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Volume 21 Issue 9 (September 2011)

GSA Today

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Article, pp. 10-12 | Full Text | PDF (160KB)

Recent advances in the hydrostratigraphy of Paleozoic bedrock in the Midwestern United States

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Kenneth R. Bradbury1*, Anthony C. Runkel2

1 University of Wisconsin–Extension, Wisconsin Geological and Natural History Survey, 3817 Mineral Point Road, Madison, Wisconsin 53705, USA
2 Minnesota Geological Survey, 2642 University Avenue W, St. Paul, Minnesota 55114, USA

PREFACE: (open/close)
Special 2011 Annual Meeting–Themed Science Article Section

In a departure from GSA Today’s usual single lead science article format, the following four articles are meant to familiarize you with the span of geologic time represented in the Upper Midwest and the expertise of its geoscience community as we prepare to assemble at the Annual Meeting in Minneapolis. These articles also emphasize the critical role geologists are being asked to play in a society that is increasingly focused on sustainable resource use and the long-term resilience of the planet.

The first two papers treat geologic events from opposite ends of the timeline as a controlled experiment that can be studied to help understand, and thereby forecast, system responses. The latter two speak directly to our role in society.

The EarthScope USArray is currently deployed in Minnesota. Seth Stein and colleagues describe how the information coming in regarding the failed, 1.1-Ga midcontinent rift, frozen in time, will provide a way to test the two leading theories about the fundamental cause of rifting.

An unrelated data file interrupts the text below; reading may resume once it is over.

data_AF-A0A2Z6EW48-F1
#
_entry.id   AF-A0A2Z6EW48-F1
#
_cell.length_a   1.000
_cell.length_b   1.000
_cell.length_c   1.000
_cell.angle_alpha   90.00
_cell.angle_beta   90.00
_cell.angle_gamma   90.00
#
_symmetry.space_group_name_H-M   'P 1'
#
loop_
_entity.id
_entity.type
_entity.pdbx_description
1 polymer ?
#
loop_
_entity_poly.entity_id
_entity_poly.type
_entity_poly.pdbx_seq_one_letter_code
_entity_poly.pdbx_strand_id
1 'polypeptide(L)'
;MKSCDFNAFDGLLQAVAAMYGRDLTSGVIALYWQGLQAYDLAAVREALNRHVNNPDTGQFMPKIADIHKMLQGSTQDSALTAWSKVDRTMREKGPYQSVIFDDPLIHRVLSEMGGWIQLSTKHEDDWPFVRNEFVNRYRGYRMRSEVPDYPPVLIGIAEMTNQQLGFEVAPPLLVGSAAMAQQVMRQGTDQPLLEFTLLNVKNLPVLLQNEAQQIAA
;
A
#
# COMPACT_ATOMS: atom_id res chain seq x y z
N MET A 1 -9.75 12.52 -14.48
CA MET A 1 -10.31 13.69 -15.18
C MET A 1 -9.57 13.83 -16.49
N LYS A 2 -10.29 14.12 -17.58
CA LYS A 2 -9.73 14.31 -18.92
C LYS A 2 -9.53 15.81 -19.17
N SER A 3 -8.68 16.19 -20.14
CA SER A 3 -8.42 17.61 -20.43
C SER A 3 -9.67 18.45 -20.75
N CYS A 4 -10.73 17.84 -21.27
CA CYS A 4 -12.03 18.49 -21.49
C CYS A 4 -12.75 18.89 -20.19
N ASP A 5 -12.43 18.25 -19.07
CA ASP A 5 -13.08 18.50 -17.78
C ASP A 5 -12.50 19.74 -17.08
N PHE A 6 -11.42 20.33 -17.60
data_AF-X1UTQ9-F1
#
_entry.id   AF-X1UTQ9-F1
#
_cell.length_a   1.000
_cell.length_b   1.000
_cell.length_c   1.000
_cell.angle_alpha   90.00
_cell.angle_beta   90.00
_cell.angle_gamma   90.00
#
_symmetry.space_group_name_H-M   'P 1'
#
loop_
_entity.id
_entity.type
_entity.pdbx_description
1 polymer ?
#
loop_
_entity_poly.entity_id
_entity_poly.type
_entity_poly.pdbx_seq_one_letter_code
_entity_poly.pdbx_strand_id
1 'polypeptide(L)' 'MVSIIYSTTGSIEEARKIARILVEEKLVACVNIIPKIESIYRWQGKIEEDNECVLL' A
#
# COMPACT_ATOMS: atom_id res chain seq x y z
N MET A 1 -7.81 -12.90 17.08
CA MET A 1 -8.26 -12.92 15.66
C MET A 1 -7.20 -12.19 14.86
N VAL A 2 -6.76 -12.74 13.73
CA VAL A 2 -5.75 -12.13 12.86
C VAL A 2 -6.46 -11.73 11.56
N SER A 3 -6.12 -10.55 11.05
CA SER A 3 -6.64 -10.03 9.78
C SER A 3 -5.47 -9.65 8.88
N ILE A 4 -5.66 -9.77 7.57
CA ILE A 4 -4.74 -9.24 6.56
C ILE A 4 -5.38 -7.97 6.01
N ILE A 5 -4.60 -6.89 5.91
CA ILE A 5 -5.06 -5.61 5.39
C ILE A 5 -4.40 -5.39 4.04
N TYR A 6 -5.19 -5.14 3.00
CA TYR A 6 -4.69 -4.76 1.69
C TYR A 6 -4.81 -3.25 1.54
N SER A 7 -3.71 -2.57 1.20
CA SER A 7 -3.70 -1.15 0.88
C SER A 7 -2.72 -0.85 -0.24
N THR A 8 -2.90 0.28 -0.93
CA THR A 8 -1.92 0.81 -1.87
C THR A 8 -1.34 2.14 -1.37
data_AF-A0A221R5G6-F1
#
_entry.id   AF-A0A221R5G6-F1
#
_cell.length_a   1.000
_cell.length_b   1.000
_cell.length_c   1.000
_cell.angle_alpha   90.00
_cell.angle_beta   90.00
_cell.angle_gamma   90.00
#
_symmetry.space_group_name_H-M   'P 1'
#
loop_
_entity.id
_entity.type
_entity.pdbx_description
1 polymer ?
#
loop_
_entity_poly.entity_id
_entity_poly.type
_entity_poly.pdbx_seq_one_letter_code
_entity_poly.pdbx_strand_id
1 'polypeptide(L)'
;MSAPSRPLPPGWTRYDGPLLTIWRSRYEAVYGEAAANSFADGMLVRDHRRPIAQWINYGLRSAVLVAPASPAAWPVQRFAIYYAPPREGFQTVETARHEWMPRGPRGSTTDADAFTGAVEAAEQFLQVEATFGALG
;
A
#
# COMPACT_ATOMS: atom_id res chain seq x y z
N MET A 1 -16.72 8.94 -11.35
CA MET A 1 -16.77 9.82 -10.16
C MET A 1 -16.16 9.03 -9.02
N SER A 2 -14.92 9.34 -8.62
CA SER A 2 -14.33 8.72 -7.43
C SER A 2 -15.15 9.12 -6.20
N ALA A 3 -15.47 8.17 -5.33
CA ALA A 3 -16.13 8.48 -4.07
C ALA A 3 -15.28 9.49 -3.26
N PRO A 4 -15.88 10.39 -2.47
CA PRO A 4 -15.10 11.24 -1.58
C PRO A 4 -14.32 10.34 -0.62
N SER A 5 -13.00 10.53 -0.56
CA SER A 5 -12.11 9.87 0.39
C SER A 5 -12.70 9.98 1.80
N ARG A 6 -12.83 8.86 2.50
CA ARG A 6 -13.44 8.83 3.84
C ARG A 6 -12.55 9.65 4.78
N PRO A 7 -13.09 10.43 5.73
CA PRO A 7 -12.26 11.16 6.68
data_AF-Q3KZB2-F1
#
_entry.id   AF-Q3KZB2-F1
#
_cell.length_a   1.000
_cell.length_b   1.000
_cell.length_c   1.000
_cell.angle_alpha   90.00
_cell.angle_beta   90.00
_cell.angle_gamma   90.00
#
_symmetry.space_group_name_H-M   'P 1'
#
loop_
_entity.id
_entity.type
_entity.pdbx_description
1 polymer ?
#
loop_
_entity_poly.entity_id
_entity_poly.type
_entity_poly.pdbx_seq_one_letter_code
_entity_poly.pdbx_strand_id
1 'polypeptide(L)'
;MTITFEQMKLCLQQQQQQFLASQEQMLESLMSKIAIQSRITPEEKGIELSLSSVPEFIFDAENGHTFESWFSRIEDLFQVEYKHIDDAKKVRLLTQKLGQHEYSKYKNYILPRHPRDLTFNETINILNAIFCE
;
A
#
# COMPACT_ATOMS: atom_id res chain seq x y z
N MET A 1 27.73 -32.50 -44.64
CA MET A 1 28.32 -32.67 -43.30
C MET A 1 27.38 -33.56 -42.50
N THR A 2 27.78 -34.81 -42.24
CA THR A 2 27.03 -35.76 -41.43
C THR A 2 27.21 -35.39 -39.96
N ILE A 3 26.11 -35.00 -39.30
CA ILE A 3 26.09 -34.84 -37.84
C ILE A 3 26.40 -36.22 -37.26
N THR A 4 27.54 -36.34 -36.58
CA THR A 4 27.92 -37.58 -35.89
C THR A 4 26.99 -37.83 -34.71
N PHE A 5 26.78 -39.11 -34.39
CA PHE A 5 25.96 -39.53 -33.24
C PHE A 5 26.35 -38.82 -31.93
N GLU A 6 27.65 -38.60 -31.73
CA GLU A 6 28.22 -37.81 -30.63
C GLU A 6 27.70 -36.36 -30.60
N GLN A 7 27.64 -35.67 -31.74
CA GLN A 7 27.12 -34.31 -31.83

Next, Karen Gran and colleagues describe Holocene valley evolution. A well-constrained downcutting event is driving continuing adjustment on tributaries to the Minnesota River, the history of which has a strong influence on modern sediment loads and direct resource-management implications.

Ken Bradbury and Tony Runkel, geologists with two state surveys, partnered up for the third article, which examines how the mechanical behavior of Paleozoic rocks affects groundwater flow systems. This information is critical for sustainable groundwater use in the face of challenges ranging from the presence of live viruses deep beneath Madison, Wisconsin, USA, to evolving cones of depression that change hydraulic gradients.

Finally, Cathy Manduca introduces readers to the process of producing an educated citizenry (and a well-prepared geoscience community) that understands the ways that Earth and society are linked. The article also illustrates the need to act collectively to share experiences, develop them into classroom activities, and accurately diagnose student challenges.

Carrie Jennings, Minnesota Geological Survey
Vice Chair, 2011 Annual Meeting Organizing Committee

Relatively undeformed Paleozoic bedrock forms the most widely used aquifers in Minnesota and Wisconsin (Fig. 1). Increasing demand for groundwater and concerns about contamination of deep aquifers have led to the need for a more comprehensive understanding of the hydrogeologic attributes of these strata than was deemed suitable just a few decades ago. Modern field techniques, coupled with advances in numerical modeling, are providing new insights into bedrock groundwater flow systems and redefinition of the classic divisions of the section into regional aquifers and aquitards. In Minnesota and Wisconsin, we commonly undertake borehole flowmeter logging, optical and acoustical borehole imaging, temperature profiling, short-interval packer testing, multi-level hydraulic head measurement, and dye tracing to evaluate the hydrogeology of bedrock formations. These techniques are widely available today but were beyond the reach of most field hydrogeologists only a few years ago.

Manuscript received 21 Mar. 2011; accepted 21 Apr. 2011

DOI: 10.1130/G122A.1